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Re: [discuss] Unofficial minutes June 11 1999 Names Council Meeting
On Tue, Jun 29, 1999 at 07:22:11PM -0400, Michael Froomkin - U.Miami School of Law wrote:
> On Tue, 29 Jun 1999, Kent Crispin wrote:
> > > 4. Are your deliberations going to affect all
> > > gTLDs, including GOV, MIL, EDU, ARPA, INT ?
> > > "Other" TLDs such as AC, GG, IM, JE, UK ?
> > None of these are gTLDs, according to the commonly accepted
> > definitions of "gTLD".
> Gov, mil, edu, int are indeed gTLDs; they are not "open" gTLDs,
From the "gTLD-MoU" definitions:
d."Generic Top Level Domains" ("gTLDs") means the TLDs ".com",
".org", ".net" as defined in RFC 1591, and those TLDs established
in or under the auspices of Signatories to this MoU;
RFC1591 used the term "generic" for gov, mil, edu, and int. There
was a fair amount of discussion about the change in definition, back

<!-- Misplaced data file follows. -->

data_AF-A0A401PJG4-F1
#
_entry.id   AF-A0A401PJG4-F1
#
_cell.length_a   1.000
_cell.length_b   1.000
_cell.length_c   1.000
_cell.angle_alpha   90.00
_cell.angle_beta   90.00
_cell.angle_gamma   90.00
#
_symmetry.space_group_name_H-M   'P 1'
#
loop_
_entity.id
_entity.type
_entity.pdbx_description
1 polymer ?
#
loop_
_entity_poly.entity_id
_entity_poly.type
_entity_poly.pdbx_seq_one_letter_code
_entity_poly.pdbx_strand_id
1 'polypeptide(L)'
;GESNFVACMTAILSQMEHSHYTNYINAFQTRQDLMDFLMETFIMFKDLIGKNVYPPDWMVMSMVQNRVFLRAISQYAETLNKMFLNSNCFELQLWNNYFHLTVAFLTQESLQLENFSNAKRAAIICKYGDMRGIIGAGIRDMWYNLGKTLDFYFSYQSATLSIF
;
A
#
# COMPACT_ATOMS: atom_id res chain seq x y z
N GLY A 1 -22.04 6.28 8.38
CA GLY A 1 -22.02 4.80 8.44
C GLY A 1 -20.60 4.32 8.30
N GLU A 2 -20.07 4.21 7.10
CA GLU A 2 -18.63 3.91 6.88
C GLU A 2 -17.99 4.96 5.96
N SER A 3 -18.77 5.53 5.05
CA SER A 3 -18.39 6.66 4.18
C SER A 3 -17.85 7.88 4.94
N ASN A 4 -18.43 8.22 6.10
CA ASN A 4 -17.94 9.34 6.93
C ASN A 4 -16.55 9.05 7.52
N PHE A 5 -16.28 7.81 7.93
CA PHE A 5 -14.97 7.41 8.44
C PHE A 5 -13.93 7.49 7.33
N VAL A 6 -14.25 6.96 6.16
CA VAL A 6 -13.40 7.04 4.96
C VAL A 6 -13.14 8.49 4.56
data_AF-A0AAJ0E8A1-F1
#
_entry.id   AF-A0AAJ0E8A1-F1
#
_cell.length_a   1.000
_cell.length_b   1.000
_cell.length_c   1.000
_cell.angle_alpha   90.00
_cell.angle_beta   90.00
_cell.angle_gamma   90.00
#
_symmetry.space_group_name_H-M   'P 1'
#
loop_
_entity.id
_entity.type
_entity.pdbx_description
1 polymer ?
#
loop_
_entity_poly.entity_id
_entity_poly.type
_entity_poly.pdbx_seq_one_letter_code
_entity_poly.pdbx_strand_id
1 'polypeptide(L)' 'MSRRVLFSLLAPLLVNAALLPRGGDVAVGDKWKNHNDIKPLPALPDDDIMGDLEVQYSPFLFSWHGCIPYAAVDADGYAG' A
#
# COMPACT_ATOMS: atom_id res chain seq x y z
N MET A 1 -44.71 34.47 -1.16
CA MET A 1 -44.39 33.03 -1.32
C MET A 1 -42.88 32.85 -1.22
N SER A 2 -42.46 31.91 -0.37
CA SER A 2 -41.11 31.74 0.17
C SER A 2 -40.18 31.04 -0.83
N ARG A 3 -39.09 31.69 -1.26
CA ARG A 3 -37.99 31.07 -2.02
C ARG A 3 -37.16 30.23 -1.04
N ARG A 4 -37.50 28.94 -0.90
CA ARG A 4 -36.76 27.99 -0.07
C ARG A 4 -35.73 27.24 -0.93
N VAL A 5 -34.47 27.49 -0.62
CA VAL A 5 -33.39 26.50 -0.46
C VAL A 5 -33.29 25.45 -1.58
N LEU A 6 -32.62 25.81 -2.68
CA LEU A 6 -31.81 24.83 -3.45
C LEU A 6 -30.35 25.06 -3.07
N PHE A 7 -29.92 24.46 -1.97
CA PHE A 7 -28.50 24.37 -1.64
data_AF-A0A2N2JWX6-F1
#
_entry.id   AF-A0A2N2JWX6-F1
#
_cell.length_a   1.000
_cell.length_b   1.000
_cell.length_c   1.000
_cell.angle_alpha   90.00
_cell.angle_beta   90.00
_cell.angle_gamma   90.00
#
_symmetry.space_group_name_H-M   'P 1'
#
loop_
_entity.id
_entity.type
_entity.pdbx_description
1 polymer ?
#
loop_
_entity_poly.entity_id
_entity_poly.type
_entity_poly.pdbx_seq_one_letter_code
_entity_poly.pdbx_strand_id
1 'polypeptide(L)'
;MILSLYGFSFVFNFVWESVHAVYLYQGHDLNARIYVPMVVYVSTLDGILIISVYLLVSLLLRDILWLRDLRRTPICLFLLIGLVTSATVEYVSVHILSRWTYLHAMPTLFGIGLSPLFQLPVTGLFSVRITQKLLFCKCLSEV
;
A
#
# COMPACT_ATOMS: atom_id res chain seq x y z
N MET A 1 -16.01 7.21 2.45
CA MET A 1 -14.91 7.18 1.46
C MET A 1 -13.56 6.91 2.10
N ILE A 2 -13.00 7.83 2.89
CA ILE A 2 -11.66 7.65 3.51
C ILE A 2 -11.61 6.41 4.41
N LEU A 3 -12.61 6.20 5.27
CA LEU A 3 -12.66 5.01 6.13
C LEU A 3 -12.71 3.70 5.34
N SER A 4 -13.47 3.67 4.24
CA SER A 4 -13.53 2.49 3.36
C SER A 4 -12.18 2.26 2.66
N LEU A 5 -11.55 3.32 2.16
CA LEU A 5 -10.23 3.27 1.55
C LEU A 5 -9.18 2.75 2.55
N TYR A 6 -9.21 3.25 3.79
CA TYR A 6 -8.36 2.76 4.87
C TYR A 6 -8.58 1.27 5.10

in the days of the IAHC, mainly because of the confusion with the
term "international TLDs". The generic meaning of "generic" is
"not a ccTLD and without a restrictive charter of some sort".
The wide use of the terms "open" and "closed" is very recent,
promulgated by NSI, in an attempt to get com, net, and org considered
in the same competitive class as the various "open" ccTLDs. Most
people didn't buy that subterfuge.
(I might add that I tried to get the POC to change from the word
"generic" to the word "open" some time ago, because the word
"generic" brings to mind "generic brands" in the supermarket...)
However, the terminology is probably completely muddled by now.
> according to the commonly accepted defitition of gTLDs. I am not certain
> about arpa .
.arpa is not a generic TLD, by any definition.
Kent Crispin "Do good, and you'll be
firstname.lastname@example.org lonesome." -- Mark Twain